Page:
A Large and Persistent Carbon Sink in the World's Forests
Yude Pan, Richard A. Birdsey, Jingyun Fang, Richard Houghton, Pekka E. Kauppi, Werner A. Kurz, Oliver L. Phillips, Anatoly Shvidenko, Simon L. Lewis, Josep G. Canadell, Philippe Ciais, Robert B. Jackson, Stephen Pacala, A. David McGuire, Shilong Piao, Aapo Rautiainen, Stephen Sitch, Daniel Hayes.
Published Online July 14 2011
Vol. 333 no. 6045 pp. 988-993, DOI: 10.1126/science.1201609
The terrestrial carbon sink is large but its size and location remain uncertain. Using forest inventory data and long-term ecosystem carbon studies, a new study estimates a total forest sink of 2.4±0.4 Pg C yr-1 globally for 1990-2007, - equivalent to one third of current annual fossil fuel emissions.
The terrestrial carbon (C) sink has been large in recent decades, but its size and location remain uncertain. Using forest inventory data and long-term ecosystem C studies, we estimated a total forest sink of 2.4±0.4 Pg C yr-1 globally for 1990-2007.
We estimated a source of 1.3±0.7 Pg C yr-1 from tropical land-use change, consisting of a gross tropical deforestation emission of 2.9±0.5 Pg C yr-1 partially compensated by a C sink in tropical forest regrowth of 1.6±0.5 Pg C yr-1. Together, the fluxes comprise a net global forest sink of 1.1±0.8 Pg C yr-1, with tropical estimates having the largest uncertainties. This forest sink is equivalent in magnitude to the terrestrial sink deduced from fossil fuel emissions and constraints of ocean and atmospheric sinks.
- Download paper from Science Express (subscription required) http://www.sciencemag.org/content/333/6045/988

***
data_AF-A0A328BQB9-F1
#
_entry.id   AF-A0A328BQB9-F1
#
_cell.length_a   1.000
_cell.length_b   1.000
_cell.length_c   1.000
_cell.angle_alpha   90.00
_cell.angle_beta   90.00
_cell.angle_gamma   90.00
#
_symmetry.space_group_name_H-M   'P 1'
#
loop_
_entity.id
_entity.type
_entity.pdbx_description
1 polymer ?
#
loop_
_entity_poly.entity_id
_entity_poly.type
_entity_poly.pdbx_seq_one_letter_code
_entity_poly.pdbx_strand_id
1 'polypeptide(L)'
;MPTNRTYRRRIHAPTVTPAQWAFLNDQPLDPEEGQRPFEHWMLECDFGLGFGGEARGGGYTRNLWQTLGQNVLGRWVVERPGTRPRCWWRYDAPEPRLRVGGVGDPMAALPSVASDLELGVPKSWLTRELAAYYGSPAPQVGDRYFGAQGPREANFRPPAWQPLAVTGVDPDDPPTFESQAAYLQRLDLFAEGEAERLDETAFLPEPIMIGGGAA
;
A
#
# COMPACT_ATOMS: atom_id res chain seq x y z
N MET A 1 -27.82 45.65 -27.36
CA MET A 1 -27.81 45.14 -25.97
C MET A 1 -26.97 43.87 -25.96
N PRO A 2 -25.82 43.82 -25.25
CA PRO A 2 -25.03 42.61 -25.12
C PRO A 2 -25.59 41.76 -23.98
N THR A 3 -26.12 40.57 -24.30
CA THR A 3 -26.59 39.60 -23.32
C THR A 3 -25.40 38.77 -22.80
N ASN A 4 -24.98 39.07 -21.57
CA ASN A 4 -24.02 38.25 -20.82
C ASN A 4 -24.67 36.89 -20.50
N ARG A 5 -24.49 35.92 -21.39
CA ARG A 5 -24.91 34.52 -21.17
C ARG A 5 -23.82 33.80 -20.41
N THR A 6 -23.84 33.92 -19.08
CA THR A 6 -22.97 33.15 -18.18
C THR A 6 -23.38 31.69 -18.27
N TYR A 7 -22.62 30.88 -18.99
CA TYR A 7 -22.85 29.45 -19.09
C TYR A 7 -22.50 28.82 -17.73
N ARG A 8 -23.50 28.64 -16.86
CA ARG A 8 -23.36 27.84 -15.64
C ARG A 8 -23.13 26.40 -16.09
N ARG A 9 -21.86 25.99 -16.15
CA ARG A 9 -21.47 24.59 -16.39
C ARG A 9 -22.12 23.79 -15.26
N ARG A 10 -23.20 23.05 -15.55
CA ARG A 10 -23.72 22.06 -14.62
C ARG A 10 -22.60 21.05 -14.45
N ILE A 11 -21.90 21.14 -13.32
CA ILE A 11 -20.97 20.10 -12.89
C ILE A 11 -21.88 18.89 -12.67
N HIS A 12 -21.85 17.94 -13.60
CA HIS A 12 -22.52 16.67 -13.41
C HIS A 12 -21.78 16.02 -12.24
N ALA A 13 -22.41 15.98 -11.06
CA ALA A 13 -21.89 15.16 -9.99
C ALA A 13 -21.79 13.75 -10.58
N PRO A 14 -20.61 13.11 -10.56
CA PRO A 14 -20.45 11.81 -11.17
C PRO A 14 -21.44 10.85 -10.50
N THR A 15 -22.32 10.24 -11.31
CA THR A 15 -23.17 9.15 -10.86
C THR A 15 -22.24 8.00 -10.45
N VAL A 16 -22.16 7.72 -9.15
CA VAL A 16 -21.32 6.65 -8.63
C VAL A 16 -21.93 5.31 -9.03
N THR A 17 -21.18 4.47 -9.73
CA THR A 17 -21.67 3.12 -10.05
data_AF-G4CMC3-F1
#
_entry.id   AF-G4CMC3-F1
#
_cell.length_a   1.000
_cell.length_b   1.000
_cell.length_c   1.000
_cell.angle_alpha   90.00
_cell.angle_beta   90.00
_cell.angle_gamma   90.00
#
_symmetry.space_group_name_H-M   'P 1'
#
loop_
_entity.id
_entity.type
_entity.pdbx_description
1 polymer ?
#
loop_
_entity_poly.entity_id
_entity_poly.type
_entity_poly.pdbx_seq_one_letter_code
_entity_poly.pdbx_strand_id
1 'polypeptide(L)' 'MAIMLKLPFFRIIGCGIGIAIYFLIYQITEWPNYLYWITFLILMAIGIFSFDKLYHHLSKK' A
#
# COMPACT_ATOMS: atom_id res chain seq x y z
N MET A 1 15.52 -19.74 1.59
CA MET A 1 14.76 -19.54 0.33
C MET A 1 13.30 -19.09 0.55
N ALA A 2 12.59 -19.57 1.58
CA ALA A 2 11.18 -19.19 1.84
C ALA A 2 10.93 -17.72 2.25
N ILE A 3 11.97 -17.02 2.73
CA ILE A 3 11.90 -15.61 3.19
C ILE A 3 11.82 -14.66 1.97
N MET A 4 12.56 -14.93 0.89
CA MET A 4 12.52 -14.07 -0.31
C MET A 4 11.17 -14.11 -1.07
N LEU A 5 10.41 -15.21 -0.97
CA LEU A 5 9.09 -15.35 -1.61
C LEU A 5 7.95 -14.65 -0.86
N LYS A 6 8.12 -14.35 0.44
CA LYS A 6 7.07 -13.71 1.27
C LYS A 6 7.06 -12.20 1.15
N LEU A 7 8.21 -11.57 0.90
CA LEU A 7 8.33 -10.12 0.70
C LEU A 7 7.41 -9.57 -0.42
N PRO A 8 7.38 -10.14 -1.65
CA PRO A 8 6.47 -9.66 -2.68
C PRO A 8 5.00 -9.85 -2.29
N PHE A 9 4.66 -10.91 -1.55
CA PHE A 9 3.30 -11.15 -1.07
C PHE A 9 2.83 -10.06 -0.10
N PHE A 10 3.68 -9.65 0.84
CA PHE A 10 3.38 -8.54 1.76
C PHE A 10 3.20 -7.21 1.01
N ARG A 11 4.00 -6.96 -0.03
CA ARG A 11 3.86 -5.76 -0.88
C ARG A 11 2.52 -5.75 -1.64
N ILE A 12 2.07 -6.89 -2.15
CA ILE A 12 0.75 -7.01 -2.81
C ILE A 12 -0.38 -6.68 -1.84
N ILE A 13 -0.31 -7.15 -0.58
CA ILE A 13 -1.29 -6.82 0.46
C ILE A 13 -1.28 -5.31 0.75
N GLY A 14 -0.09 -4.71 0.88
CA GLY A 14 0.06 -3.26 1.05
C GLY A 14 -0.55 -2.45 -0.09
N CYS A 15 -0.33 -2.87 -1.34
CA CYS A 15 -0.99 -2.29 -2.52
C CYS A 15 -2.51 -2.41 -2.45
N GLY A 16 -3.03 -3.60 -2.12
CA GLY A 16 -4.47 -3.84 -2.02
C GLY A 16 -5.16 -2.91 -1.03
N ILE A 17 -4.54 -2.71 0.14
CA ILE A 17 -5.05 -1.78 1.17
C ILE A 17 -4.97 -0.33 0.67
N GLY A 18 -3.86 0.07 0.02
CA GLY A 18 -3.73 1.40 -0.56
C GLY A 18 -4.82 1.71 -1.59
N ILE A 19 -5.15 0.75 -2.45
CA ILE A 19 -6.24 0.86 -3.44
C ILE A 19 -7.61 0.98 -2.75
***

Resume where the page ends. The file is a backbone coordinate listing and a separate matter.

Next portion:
- Contact lead author: Yude Pan
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- Summary Results (ppt 2.3mb; pdf 392kb)
- US Forest Service Press release
- CSIRO Press release (pdf 22kb)
- University of Leeds Press release (pdf, 20kb)
- IIASA Press release
- ABC AM radio speaking with Werner Kurz and Pep Canadell
- Media clips (file1 pdf 9.8mb; file2 pdf 9.6mb; file3 pdf 8.9mb; file4 pdf 7.7mb; file5 pdf 6.6mb)
- CSIRO podcast (mp3, 8.9mb) or listen online
|Illustrative Photos (available free if credited as specified)|
Tropical Forest remove large quantities of atmospheric carbon dioxide (Borneo depicted).
Karri forest near Pemberton, WA.
Plantations of Pinus radiata and Eucalyptus nitens in Gippsland (Victoria, Australia). Photo credit: Michael Ryan
Forest plantation near Cobram, Victoria. 1989.
Ecuador forested landscape, from the Amazon to the Andes.
Mixed Beech forest in the mountains of warm temperate region in China.
Deforestation in the Amazon.
Crown fire in lowland black spruce, northern Alberta, Canada.